The vocal left is so far on the fringe, that, if left to themselves, they seem to eventually fall victim to their own rhetorical hysteria. Take a look at the paranoia in this post from one of the most popular lefty blogs. Among other things, the speculation is that it was actually the Army Corps of Engineers that bombed the levee! Perhaps that kind of rhetoric plays well to the democratic underground, but given the results of recent elections, it doesn't seem to resonate with swing voters. The Pavlovian 'anti-Bush at all costs' strategy has been a failure, it is time to offer something prescriptive, some alternative beyond the glib partisan carping. It's almost enough to make a guy think that the opposition only cares about making one man look bad, even at the sacrifice of their own values.
Friday, September 16, 2005
Too good to excerpt, too comprehensive to even comment on, I'm simply in awe. Victor Davis Hanson is truly brilliant, go read this recent column of his. It's required.
Back blogging next week.
Thursday, September 08, 2005
Book Review - Freakonomics
I read Freakonomics the other day. Good book, nice quick read. Economist and author Steven Levitt first came to my attention several years ago when his research suggested that the factor most responsible for the drastic drop in crime during the 90's was the legalization of abortion in the 60's. Conservatives were outraged with his conclusions feeling Levitt was endorsing abortion as a crime fighting tool. Liberals were outraged with his conclusions because they felt that the poor and black women were singled out. Levitt came under some pretty heavy assault from all sides.... so Levitt shrugged. After all, and however offensive, he did have reality on his side. This was not what he set out to prove with his research, but he came across it, and reported it as is, the guy honestly has no taste for politics, which is something that I appreciate about him and made the book that much more enjoyable.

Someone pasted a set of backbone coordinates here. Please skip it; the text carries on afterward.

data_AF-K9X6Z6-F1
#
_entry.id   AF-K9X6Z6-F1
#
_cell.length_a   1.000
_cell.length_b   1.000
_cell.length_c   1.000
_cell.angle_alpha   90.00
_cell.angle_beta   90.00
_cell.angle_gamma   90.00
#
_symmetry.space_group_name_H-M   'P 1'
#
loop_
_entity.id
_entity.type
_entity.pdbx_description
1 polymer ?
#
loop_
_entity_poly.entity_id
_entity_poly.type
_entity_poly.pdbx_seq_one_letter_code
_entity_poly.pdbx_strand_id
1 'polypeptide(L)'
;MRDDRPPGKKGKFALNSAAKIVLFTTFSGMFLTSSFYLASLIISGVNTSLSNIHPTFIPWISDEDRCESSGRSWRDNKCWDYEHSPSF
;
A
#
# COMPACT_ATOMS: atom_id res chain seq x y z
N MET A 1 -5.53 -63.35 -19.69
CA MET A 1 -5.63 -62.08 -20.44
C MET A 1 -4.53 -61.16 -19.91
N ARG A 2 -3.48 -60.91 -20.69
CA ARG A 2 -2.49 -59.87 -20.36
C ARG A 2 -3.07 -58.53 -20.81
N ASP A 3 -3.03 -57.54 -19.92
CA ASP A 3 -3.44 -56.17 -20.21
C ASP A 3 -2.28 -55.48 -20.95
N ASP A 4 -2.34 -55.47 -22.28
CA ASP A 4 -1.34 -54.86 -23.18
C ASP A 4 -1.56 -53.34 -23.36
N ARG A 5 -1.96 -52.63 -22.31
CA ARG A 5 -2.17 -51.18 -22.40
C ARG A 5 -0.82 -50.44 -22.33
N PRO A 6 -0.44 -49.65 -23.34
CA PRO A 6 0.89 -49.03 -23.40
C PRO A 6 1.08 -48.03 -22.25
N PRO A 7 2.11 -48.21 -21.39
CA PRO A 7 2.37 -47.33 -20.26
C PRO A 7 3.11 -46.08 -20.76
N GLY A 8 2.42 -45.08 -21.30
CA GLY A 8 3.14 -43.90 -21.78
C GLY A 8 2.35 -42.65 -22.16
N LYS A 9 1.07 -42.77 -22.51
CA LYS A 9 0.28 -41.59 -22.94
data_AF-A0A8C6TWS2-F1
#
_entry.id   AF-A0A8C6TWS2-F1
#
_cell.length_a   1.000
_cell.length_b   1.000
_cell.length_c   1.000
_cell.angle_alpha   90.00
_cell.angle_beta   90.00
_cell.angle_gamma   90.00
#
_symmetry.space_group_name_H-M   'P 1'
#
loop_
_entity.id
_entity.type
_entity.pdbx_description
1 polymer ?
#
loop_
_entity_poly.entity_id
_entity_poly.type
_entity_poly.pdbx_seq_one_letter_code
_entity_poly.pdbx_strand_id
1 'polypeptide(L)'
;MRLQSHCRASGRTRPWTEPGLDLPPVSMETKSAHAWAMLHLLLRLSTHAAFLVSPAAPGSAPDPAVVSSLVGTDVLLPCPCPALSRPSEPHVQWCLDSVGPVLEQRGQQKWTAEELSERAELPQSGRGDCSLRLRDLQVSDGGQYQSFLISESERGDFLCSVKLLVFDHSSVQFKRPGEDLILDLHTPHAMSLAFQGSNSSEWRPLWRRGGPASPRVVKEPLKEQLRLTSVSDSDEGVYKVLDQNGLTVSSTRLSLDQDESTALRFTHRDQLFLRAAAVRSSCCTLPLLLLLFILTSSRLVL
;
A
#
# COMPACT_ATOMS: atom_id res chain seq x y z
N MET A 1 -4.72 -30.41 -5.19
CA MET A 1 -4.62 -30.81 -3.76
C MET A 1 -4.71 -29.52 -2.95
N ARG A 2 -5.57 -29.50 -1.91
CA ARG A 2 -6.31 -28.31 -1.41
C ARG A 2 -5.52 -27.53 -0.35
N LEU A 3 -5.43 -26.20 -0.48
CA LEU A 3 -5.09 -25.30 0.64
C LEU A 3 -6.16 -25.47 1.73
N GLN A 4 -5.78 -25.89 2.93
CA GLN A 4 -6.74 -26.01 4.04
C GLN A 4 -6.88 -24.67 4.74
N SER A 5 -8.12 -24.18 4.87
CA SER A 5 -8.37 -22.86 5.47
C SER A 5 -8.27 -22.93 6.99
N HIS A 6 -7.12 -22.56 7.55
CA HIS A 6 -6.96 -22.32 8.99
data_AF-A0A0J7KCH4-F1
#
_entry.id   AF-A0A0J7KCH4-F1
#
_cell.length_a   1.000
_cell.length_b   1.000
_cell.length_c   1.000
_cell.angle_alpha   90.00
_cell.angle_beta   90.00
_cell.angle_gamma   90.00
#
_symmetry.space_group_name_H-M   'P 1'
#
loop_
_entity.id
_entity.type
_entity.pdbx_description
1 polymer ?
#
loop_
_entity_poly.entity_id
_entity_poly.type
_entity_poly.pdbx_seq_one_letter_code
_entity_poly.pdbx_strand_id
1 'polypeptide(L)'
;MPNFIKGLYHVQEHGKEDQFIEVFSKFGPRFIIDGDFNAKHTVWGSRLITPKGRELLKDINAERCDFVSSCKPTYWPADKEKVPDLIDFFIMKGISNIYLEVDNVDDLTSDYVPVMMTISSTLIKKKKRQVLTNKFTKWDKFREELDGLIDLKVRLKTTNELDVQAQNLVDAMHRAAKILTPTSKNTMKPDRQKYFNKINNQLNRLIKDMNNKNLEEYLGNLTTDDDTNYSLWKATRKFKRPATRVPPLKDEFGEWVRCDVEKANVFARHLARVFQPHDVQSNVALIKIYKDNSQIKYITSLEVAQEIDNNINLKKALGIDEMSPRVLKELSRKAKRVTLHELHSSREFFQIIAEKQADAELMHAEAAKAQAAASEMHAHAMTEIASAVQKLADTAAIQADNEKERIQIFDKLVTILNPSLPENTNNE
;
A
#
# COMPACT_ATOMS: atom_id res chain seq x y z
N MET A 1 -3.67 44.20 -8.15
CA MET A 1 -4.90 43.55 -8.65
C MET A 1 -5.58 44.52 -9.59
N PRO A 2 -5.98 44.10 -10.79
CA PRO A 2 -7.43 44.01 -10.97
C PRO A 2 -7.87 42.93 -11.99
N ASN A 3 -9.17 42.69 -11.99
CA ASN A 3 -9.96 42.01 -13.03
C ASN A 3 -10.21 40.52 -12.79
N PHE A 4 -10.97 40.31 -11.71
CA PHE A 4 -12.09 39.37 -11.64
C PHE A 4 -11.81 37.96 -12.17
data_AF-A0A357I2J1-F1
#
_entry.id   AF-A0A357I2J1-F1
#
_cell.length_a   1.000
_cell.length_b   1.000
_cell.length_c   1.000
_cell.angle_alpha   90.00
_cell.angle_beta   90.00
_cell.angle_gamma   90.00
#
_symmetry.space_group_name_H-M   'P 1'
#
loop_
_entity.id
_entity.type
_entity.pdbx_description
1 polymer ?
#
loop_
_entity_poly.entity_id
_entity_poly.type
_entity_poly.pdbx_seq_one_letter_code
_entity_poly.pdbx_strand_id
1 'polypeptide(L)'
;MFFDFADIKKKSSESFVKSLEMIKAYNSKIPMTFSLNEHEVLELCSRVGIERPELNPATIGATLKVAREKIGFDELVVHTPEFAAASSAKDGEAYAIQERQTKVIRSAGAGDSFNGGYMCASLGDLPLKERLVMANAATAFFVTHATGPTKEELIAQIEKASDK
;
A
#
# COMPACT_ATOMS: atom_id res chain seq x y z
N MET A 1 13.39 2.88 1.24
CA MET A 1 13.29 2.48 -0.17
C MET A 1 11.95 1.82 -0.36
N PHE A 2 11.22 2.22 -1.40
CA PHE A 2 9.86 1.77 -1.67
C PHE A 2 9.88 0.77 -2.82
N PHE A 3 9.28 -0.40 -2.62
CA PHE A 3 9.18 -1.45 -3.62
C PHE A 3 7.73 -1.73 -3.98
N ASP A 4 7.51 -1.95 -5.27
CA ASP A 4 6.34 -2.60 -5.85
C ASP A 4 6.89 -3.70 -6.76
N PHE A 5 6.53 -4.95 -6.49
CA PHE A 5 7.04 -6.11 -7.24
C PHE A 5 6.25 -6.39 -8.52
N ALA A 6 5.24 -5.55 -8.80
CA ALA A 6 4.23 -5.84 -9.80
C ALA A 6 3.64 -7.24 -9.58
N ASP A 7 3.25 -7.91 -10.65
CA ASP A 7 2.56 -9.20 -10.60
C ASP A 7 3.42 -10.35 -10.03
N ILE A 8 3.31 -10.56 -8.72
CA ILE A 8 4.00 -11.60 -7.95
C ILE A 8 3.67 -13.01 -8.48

Freakonomics is really nothing more than Classical or Austrian Economic analysis applied to social phenomenon, which for me is far and away the most appealing aspect of the dismal science. What struck me most while reading was that it all seemed like common sense to me, he was asking the questions that I always ask mentally but rarely ask out loud because they seem a bit .... freakish. I know, it sounds like I am flattering myself, 'I think exactly like Steven Levitt!' But really, this is the side of economics that comes most easily me (as opposed to the one with all the math!) Given that I can't say that I personally found his results especially shocking, but they certainly provide great reading, as well as very useful and fun mental exercises.
The basis of economics is that people respond to incentives, and Levitt is sure to make this simple, but often overlooked point. As well, perhaps the most important analytical paradigm I've ever learned came when I took an econometrics course in college relating to correlation and causation. The two are often confused, but the fact is that anytime one finds correlation between two items, there are always four possible explanations, which are:
1) A causes B
2) B causes A